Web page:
On Friday the 24th of April I ran an Agile day for my team and others at the BBC, I managed to get some good speakers on a variety of Agile and Development topics - it turned out to be a really good day. The official blog post can be found here.
During the day my mind drifted on to the importance of interactions.
I tend to see a project team as a village, the village should be as self contained as possible - the butcher, the baker and the candlestick maker. Everyone in a village has their part to play in its success. And in a strong village everyone pulls together when times are tough, they come to a fellow villagers aid in times of trouble.
So whilst we may have a team made of specific roles and skill sets the team is greater than the sum of its parts. So as a project suffers challenges the team should pull together to meet those challenges.
I have worked in teams that do this naturally, and teams where its just never quite happened and teams where it never had a chance.
The teams where it worked had a few things in common:
Experience - in all cases the team was experienced, both in software engineering and the problem domain. Each team had at least one problem domain expert, someone who could answer or anticipate the questions.
Attitude - in all cases the team had a strong professional attitude. Not only did the teams strive to minimise technical debt, but all had generally strong work practices. That sense of professionalism actually was strong enough that the team was able to “stand up” to management at those times when it was really needed.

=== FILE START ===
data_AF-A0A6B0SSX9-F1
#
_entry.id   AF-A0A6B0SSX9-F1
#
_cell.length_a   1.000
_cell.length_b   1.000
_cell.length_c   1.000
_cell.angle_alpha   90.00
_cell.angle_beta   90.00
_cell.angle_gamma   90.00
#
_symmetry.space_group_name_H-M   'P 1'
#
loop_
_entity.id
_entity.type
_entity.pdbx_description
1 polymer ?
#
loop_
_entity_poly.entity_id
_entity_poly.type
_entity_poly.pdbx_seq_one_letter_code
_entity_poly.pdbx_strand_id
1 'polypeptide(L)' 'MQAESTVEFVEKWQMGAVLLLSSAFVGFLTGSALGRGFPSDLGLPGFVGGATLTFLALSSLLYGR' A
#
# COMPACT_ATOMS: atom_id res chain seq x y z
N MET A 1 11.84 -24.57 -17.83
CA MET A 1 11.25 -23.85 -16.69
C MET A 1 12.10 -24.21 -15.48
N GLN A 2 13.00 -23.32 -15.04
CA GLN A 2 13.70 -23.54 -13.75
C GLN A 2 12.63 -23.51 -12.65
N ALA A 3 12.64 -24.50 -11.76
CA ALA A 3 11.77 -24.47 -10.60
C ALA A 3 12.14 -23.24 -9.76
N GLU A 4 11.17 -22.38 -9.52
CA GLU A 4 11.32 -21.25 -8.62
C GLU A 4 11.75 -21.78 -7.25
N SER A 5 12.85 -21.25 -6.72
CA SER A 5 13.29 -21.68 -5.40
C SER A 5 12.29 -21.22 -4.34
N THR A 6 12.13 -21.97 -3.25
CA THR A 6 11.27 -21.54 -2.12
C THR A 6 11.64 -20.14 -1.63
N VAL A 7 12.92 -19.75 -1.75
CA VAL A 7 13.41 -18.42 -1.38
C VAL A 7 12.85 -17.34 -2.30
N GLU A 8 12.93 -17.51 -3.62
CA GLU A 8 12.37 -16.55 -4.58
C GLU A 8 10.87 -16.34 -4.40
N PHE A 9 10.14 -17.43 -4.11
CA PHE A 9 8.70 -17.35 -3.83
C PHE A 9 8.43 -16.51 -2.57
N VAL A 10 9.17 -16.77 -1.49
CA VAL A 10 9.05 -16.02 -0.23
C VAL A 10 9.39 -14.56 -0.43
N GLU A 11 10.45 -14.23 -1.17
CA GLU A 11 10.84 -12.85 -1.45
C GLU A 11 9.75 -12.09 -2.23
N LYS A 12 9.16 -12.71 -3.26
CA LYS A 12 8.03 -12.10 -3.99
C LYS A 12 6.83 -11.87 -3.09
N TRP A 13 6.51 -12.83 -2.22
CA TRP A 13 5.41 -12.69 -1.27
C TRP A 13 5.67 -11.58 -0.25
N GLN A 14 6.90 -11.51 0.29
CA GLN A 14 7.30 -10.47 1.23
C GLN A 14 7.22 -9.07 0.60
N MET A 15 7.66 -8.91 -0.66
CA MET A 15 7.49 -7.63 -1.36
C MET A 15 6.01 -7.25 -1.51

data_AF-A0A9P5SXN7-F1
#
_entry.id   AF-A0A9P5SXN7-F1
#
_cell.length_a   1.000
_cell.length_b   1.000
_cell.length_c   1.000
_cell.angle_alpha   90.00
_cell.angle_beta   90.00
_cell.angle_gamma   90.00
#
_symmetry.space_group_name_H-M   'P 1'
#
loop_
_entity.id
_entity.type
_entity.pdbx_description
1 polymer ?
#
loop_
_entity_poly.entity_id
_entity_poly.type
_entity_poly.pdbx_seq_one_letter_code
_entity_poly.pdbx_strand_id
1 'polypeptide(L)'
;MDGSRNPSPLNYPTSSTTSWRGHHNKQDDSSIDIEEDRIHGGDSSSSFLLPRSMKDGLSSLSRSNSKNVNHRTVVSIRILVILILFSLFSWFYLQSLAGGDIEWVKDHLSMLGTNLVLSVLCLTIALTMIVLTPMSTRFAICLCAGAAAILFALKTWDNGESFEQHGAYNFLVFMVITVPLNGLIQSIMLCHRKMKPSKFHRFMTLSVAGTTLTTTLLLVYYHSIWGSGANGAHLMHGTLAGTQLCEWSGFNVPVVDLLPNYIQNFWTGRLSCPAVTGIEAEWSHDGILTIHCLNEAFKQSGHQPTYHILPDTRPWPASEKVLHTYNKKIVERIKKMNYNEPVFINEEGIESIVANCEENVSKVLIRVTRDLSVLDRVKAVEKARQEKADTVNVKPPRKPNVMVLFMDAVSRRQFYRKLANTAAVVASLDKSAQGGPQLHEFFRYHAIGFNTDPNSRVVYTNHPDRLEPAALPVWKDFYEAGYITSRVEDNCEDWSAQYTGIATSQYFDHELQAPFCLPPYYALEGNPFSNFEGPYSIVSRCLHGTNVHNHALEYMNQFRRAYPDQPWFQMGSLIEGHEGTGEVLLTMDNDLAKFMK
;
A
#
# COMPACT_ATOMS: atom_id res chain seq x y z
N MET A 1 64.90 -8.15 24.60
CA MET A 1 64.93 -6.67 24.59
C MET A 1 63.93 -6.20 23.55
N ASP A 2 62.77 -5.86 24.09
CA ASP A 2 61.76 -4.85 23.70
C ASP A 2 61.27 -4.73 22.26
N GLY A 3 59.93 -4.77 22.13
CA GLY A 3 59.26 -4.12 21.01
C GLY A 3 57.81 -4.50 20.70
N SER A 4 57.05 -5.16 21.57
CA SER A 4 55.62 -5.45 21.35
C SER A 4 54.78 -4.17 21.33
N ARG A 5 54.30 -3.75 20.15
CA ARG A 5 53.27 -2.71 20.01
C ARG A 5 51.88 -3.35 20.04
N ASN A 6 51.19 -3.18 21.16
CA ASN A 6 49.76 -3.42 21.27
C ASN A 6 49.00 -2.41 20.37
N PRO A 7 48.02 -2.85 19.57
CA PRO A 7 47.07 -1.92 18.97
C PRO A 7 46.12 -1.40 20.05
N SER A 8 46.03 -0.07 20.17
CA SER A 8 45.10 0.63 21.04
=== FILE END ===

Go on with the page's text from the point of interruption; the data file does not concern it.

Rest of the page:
Motivation - in all cases the team was motivated. And typically the motivation came from the enjoyment of working with a great team doing great stuff. Something that is often overlooked.
Now if you had these things you could argue that pretty much any process would work, and I would agree - not all these projects were what we would call Agile today. But they were Agile in the sense of putting People and Interactions, before Process and Tools.
So if your team is not pulling together in troubled times, look at the three points above. Does your team have experience, attitude and motivation? If it doesn’t you need to look at how to address it. And you don’t need to be the team leader or manager to address it - its amazing what influence any member of the team can have if they are prepared to talk to their team members.
So how do you build your village?
Firstly, interaction. How well does the team communicate? All the members of the team need to feel that they can speak up, and all the members of the team have an obligation to listen. Do you all sit together? If you can’t sit together do you use the same watercooler or coffee machine? How often do you have lunch or go to the pub as a team?
I wrote a little while ago about development being a social activity - this follows on that great teams subconsciously understand this. Now by social I don’t mean going out and partying, but I mean interacting.
So why do I think interaction on these levels is so important?
Well a team that communicates well will be more fun to work with, it will improve team motivation, it will lead to improved attitude (management by example or culture) and it will encourage everyone to use their experience, encourage people to improve or better themselves.
Its not going to solve the problem of having domain experts, java experts, jvm tuning experts - but you in the end you get to be an expert by doing and learning. Ideally by learning from another expert, but that doesn’t have to be from the team, it could be from conferences, blogs, mailing lists, geek nights, books, consultants or from another team in the organisation. Building the right village will encourage the team to learn, to rise to the challenge.